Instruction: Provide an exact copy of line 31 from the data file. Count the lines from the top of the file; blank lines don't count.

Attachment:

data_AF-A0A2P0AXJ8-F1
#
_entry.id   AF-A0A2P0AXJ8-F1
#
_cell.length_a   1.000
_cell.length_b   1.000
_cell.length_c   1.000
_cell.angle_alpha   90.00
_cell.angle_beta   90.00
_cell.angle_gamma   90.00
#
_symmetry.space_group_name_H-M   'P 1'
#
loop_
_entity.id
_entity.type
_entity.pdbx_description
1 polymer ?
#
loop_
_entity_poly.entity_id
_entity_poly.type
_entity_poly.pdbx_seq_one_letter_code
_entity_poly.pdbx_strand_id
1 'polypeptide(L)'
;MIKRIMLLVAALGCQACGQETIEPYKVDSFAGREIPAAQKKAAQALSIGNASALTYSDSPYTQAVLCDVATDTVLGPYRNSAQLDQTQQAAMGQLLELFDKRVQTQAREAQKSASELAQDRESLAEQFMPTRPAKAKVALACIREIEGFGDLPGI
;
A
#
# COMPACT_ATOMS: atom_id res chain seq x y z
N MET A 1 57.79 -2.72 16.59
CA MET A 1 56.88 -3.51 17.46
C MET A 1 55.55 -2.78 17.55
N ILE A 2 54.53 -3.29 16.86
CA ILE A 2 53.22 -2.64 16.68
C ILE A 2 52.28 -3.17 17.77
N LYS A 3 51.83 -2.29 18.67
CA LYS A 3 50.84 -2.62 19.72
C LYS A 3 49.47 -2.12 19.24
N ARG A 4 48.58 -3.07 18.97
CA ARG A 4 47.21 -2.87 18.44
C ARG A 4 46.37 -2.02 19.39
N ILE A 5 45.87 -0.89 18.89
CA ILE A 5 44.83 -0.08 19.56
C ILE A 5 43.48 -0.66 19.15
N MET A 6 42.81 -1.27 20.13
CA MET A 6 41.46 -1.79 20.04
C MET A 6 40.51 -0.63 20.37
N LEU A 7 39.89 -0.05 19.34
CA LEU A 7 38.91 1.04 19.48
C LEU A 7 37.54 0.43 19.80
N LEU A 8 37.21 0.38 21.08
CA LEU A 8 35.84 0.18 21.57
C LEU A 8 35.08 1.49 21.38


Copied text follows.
N MET A 1 57.79 -2.72 16.59